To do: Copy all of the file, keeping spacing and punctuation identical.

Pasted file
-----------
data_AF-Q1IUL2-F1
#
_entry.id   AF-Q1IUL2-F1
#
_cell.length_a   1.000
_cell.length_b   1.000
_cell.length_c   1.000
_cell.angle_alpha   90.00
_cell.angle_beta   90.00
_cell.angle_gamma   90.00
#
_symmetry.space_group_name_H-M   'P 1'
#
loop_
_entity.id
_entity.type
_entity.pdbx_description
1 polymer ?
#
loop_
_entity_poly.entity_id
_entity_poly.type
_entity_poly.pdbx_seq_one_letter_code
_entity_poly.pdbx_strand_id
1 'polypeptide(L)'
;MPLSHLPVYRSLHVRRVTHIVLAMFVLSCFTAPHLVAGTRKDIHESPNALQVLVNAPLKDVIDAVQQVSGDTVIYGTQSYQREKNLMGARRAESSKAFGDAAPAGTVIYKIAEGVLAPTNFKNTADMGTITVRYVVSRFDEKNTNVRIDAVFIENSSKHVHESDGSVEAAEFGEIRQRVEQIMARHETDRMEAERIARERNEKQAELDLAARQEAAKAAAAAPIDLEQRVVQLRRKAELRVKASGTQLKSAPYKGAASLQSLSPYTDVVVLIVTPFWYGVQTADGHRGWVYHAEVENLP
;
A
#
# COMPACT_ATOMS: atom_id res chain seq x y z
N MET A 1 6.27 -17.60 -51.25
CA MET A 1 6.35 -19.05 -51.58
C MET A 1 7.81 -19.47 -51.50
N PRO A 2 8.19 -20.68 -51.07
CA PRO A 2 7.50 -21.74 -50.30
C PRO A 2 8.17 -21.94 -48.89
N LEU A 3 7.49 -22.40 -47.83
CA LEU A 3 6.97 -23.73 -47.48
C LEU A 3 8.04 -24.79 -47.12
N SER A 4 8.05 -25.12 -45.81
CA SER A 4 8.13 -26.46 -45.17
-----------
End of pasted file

data_AF-Q1IUL2-F1
#
_entry.id   AF-Q1IUL2-F1
#
_cell.length_a   1.000
_cell.length_b   1.000
_cell.length_c   1.000
_cell.angle_alpha   90.00
_cell.angle_beta   90.00
_cell.angle_gamma   90.00
#
_symmetry.space_group_name_H-M   'P 1'
#
loop_
_entity.id
_entity.type
_entity.pdbx_description
1 polymer ?
#
loop_
_entity_poly.entity_id
_entity_poly.type
_entity_poly.pdbx_seq_one_letter_code
_entity_poly.pdbx_strand_id
1 'polypeptide(L)'
;MPLSHLPVYRSLHVRRVTHIVLAMFVLSCFTAPHLVAGTRKDIHESPNALQVLVNAPLKDVIDAVQQVSGDTVIYGTQSYQREKNLMGARRAESSKAFGDAAPAGTVIYKIAEGVLAPTNFKNTADMGTITVRYVVSRFDEKNTNVRIDAVFIENSSKHVHESDGSVEAAEFGEIRQRVEQIMARHETDRMEAERIARERNEKQAELDLAARQEAAKAAAAAPIDLEQRVVQLRRKAELRVKASGTQLKSAPYKGAASLQSLSPYTDVVVLIVTPFWYGVQTADGHRGWVYHAEVENLP
;
A
#
# COMPACT_ATOMS: atom_id res chain seq x y z
N MET A 1 6.27 -17.60 -51.25
CA MET A 1 6.35 -19.05 -51.58
C MET A 1 7.81 -19.47 -51.50
N PRO A 2 8.19 -20.68 -51.07
CA PRO A 2 7.50 -21.74 -50.30
C PRO A 2 8.17 -21.94 -48.89
N LEU A 3 7.49 -22.40 -47.83
CA LEU A 3 6.97 -23.73 -47.48
C LEU A 3 8.04 -24.79 -47.12
N SER A 4 8.05 -25.12 -45.81
CA SER A 4 8.13 -26.46 -45.17